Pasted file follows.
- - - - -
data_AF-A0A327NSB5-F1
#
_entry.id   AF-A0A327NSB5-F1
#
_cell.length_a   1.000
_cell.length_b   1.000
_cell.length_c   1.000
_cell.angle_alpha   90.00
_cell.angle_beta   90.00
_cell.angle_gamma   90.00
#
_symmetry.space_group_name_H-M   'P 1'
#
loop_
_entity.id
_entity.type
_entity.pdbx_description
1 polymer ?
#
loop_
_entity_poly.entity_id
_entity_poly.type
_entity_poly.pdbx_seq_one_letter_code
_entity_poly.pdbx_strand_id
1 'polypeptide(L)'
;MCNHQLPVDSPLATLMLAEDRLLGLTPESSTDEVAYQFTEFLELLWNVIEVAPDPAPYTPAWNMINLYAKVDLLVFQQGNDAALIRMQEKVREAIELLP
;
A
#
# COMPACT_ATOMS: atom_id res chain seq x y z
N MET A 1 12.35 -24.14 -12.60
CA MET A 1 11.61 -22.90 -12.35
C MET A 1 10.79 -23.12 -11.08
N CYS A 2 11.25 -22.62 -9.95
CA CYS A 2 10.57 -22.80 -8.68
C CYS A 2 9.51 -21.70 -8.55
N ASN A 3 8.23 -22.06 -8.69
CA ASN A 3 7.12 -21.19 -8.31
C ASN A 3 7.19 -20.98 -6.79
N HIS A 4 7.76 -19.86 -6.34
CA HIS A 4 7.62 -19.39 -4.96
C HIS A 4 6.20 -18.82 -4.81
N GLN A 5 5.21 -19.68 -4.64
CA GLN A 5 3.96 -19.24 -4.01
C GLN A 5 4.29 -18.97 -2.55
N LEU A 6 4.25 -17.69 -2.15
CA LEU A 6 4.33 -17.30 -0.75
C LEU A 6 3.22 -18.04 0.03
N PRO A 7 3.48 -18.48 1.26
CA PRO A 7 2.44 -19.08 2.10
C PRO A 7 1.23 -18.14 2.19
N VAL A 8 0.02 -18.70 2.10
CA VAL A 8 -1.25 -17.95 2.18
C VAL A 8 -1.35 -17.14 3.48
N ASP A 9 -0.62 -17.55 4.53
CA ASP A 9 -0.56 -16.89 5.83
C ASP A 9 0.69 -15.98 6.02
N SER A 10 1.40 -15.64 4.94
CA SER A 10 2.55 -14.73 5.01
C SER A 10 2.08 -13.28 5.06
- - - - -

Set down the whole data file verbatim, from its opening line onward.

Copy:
data_AF-A0A327NSB5-F1
#
_entry.id   AF-A0A327NSB5-F1
#
_cell.length_a   1.000
_cell.length_b   1.000
_cell.length_c   1.000
_cell.angle_alpha   90.00
_cell.angle_beta   90.00
_cell.angle_gamma   90.00
#
_symmetry.space_group_name_H-M   'P 1'
#
loop_
_entity.id
_entity.type
_entity.pdbx_description
1 polymer ?
#
loop_
_entity_poly.entity_id
_entity_poly.type
_entity_poly.pdbx_seq_one_letter_code
_entity_poly.pdbx_strand_id
1 'polypeptide(L)'
;MCNHQLPVDSPLATLMLAEDRLLGLTPESSTDEVAYQFTEFLELLWNVIEVAPDPAPYTPAWNMINLYAKVDLLVFQQGNDAALIRMQEKVREAIELLP
;
A
#
# COMPACT_ATOMS: atom_id res chain seq x y z
N MET A 1 12.35 -24.14 -12.60
CA MET A 1 11.61 -22.90 -12.35
C MET A 1 10.79 -23.12 -11.08
N CYS A 2 11.25 -22.62 -9.95
CA CYS A 2 10.57 -22.80 -8.68
C CYS A 2 9.51 -21.70 -8.55
N ASN A 3 8.23 -22.06 -8.69
CA ASN A 3 7.12 -21.19 -8.31
C ASN A 3 7.19 -20.98 -6.79
N HIS A 4 7.76 -19.86 -6.34
CA HIS A 4 7.62 -19.39 -4.96
C HIS A 4 6.20 -18.82 -4.81
N GLN A 5 5.21 -19.68 -4.64
CA GLN A 5 3.96 -19.24 -4.01
C GLN A 5 4.29 -18.97 -2.55
N LEU A 6 4.25 -17.69 -2.15
CA LEU A 6 4.33 -17.30 -0.75
C LEU A 6 3.22 -18.04 0.03
N PRO A 7 3.48 -18.48 1.26
CA PRO A 7 2.44 -19.08 2.10
C PRO A 7 1.23 -18.14 2.19
N VAL A 8 0.02 -18.70 2.10
CA VAL A 8 -1.25 -17.95 2.18
C VAL A 8 -1.35 -17.14 3.48
N ASP A 9 -0.62 -17.55 4.53
CA ASP A 9 -0.56 -16.89 5.83
C ASP A 9 0.69 -15.98 6.02
N SER A 10 1.40 -15.64 4.94
CA SER A 10 2.55 -14.73 5.01
C SER A 10 2.08 -13.28 5.06